Inside Gaming: Optimism in New Jersey Despite July Revenue Decrease
This week's installment of Inside Gaming looks first at the most recent revenue figures for New Jersey, tells of a new community college gaming training program, reports on a new poker room opening in Vegas, and shares a recently declassified report regarding a Donald Trump casino bid down under that went south.
NJ Decrease in July, But Current Operators Up Nearly 10 Percent for Year to Date
Casinos in Atlantic City endured a 2.7 percent decrease in July, reports the New Jersey Division of Gaming Enforcement. Even so, the numbers for the year have given some observers cause for optimism looking ahead.
The total gaming win — including both casino and online gaming — totaled $267.9 million in July, down from $275.3 million in revenue for Atlantic City casinos in July 2016. Casino gaming was down 4.1 percent overall, while online gaming was up 18.5 percent (from $17.4 million a year ago to $20.6 million).
However, looking only at current operators — i.e., not counting the Trump Taj Mahal that closed in October 2016 — the casino win was up 2.9 percent.
Looking at the year-to-date totals, the Atlantic City casinos are collectively ahead of last year's pace, with a total gaming win of almost $1.59 billion for the first seven months of 2017, a 2.4 percent increase over the just over $1.52 billion from Jan.-July 2016.
And again, only looking at current operators paints an even brighter picture, showing a 9.8 percent increase in total gaming win among the seven casinos when comparing year-to-date totals.
David Rebuck, director of the New Jersey DGE, found that figure encouraging, according to the Press of Atlantic City.
"While there are fluctuations in monthly revenue, it is encouraging that Atlantic City's current operators' casino win figures are up nearly 10 percent for the year so far, illustrating that overall, there is continued stabilization in the industry," said Rebuck.
As several outlets reported this week, New Jersey passed the $600 million milestone for online gambling revenue since the first sites were launched in late 2013. July marked the fifth-straight month of $20 million-plus revenue from online gambling in NJ.
Massachusetts Community College Offering Casino Industry Training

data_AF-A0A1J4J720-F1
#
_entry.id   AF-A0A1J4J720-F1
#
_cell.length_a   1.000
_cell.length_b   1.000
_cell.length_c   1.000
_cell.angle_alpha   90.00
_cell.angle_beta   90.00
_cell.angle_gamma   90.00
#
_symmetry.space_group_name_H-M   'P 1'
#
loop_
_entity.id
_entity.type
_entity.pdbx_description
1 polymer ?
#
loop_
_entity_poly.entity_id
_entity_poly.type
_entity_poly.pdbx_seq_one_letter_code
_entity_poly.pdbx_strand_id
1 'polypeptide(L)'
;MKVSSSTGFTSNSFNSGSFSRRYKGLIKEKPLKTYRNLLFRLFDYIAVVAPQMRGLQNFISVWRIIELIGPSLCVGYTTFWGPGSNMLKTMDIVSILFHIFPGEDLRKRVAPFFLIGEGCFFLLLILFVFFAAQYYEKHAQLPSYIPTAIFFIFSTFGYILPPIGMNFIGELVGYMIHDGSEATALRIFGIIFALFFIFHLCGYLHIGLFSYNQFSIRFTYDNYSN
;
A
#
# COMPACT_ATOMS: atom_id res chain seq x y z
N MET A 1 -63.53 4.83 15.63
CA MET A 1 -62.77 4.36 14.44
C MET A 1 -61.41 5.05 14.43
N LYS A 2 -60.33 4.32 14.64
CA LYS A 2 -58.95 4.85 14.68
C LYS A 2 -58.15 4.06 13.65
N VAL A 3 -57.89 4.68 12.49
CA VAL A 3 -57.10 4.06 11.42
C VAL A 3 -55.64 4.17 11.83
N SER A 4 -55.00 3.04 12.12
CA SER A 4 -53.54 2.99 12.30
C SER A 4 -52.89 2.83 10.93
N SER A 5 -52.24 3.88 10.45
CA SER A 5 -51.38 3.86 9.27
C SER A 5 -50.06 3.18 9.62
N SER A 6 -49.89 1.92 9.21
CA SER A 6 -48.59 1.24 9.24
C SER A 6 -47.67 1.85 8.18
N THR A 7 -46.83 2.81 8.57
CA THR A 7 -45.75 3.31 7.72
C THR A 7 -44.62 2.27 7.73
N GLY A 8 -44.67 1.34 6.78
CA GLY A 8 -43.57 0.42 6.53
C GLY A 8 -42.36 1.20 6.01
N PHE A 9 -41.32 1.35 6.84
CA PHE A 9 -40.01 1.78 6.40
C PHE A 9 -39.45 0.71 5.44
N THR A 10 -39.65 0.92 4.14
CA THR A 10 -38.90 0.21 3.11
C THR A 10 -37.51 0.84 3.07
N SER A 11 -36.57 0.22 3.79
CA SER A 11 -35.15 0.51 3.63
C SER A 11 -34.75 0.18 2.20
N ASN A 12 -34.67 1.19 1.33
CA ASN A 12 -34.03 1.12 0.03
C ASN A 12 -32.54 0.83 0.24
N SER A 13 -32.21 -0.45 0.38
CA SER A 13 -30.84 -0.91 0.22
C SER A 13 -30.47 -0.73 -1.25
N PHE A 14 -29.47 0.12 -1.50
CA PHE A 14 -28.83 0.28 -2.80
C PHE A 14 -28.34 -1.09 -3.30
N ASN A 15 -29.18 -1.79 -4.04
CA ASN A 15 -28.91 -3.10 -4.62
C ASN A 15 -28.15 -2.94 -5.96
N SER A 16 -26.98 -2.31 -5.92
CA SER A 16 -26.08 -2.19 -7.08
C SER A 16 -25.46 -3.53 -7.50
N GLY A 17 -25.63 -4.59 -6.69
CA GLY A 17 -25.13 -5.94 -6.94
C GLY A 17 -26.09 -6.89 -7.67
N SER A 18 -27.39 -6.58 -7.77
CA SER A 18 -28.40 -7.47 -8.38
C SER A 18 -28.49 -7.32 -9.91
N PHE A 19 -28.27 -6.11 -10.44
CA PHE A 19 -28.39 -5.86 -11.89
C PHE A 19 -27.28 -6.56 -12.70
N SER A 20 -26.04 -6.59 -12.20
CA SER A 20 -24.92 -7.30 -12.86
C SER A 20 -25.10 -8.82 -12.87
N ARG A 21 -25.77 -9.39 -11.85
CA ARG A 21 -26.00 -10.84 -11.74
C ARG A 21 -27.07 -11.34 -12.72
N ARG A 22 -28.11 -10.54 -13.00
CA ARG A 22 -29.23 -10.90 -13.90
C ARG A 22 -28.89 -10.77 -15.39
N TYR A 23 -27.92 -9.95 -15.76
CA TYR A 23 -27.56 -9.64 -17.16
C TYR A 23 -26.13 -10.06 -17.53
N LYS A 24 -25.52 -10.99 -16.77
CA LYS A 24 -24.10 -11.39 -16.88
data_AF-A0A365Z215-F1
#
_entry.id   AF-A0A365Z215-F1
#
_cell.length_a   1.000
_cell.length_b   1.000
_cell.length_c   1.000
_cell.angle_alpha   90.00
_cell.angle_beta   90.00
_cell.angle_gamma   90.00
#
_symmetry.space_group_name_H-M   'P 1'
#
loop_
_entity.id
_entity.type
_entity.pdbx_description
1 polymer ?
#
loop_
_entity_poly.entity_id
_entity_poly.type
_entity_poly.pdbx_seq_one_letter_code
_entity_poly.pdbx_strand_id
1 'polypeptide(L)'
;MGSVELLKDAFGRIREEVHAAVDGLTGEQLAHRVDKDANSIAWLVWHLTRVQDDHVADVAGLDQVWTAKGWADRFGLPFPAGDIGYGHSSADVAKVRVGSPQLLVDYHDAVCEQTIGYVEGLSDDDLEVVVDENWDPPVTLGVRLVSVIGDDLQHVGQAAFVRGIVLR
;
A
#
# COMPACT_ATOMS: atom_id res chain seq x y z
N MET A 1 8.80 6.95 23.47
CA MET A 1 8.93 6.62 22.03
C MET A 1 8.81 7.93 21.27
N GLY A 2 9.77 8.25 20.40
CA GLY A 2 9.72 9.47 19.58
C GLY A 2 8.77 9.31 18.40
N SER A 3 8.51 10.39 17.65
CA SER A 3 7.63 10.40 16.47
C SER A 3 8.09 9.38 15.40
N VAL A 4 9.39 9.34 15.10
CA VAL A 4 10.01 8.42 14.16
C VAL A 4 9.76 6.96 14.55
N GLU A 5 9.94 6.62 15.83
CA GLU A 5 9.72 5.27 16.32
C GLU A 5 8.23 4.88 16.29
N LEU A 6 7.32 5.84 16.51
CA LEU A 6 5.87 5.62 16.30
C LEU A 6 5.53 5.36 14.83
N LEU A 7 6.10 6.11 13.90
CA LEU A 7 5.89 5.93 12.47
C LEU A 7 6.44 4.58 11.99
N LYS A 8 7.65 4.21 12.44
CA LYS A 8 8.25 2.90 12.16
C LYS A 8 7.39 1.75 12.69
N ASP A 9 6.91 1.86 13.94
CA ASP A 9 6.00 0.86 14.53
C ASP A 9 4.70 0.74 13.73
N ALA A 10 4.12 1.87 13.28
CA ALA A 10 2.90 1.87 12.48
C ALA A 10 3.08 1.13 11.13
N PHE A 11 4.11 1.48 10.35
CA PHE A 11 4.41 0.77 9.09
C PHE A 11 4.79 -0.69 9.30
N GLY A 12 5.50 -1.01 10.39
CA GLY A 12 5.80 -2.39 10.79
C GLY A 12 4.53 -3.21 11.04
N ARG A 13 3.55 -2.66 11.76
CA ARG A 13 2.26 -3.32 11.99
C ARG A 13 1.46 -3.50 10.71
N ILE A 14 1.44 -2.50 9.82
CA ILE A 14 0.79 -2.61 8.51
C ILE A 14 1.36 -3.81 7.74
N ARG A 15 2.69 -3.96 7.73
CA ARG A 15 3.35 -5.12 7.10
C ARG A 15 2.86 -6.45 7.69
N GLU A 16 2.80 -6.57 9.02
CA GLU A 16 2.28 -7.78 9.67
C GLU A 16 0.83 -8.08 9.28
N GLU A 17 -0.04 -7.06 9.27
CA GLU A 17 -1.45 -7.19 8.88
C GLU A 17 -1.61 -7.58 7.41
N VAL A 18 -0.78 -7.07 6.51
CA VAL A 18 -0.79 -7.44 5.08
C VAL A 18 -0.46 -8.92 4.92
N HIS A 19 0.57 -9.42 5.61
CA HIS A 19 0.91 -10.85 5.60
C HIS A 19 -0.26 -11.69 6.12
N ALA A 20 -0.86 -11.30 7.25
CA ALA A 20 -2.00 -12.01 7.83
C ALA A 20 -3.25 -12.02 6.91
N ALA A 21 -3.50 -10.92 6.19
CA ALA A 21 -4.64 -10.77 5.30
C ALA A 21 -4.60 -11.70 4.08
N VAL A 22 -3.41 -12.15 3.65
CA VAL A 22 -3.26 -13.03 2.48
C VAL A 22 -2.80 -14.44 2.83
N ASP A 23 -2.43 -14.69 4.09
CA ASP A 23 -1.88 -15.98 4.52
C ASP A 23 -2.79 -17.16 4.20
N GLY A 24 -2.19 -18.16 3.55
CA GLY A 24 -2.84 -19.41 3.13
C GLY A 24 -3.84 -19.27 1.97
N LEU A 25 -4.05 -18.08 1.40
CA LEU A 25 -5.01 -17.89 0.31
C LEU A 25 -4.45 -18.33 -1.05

Bristol Community College in Fall River, Massachusetts has opened a unique "Gaming Lab" designed to train students to become workers in the casino industry, reports CBS Boston.
The school had to obtain certification from the Massachusetts Gaming Commission to begin the program, the first of its kind to be offered in the state.
"We are so excited now to have this ability to offer gaming training," said Bristol Community College President Laura Douglas. "We are ready for this and it really does mean a lot that the gaming commission has blessed our institution and... our curriculum."
The program covers casino gaming and operations, hospitality, tourism, security surveillance, and the culinary arts.
Students spend three semesters studying the industry on campus, then during a fourth will spend 200 hours in the hands-on casino "lab" located at the Silver City Galleria mall in nearby Taunton.
Westgate Opens New Poker Room
The Westgate Las Vegas Hotel — home of the wildly popular pro football handicapping contest, the Westgate Las Vegas SuperContest — has recently opened a new poker room situated in the old "Fan Cave" in the sportsbook.
A "soft opening" of the new six-table poker room came last week, reports CardsChat.
After purchasing the Las Vegas Hotel and Casino in 2014, the Westgate closed the small poker room. The LVH had opened and closed the poker room on a couple of occasions before that as well, though the Westgate's Poker Room Supervisor David Fried expressed hopes to CardsChat for better fortune with the room this time around.
"It will be word of mouth at first, but I think people will find out pretty quickly about us," said Fried, noting that the close proximity of the new room to the sportsbook is well-timed with the coming of a new NFL season.
Open daily from 8 a.m. to 2 a.m., the room is currently offering low-stakes no-limit and fixed limit games, with pot-limit Omaha also available. Small buy-in daily tournaments are part of the plan going forward as well.
The Guardian Reports Details of Rejected Late '80s Trump Bid for Sydney Casino
Finally, last week we were reporting in this space how a company representing of President Donald J. Trump had filed for trademark applications in Macau, including one for gambling and casino services and facilities. The filing of such applications would indicate either a potential future investing interest or an intention to guard against others using the Trump logo or brand in Macau.
Not to inundate you too much further with Trump-related news, but this week there's yet another gaming-related story involving the casino-mogul-turned-politician, as The Guardian has shared a feature this week provocatively titled "Trump's bid for Sydney casino 30 years ago rejected due to 'mafia connections.'"
As the headline suggests, a proposal by Trump to build what would have been Sydney's first casino was rejected by the state treasurer after reports from the police board expressing concerns about such links and describing Trump's group (and two others) as potentially "dangerous." The police board report went on to advise government officials to avoid trying to replicate the model of gaming growth then being demonstrated by Atlantic City.
The New South Wales government rejected the bid in early May 1987. The documents chronicling the decision only just were made public under rules declassifying NSW cabinet papers after 30 years.
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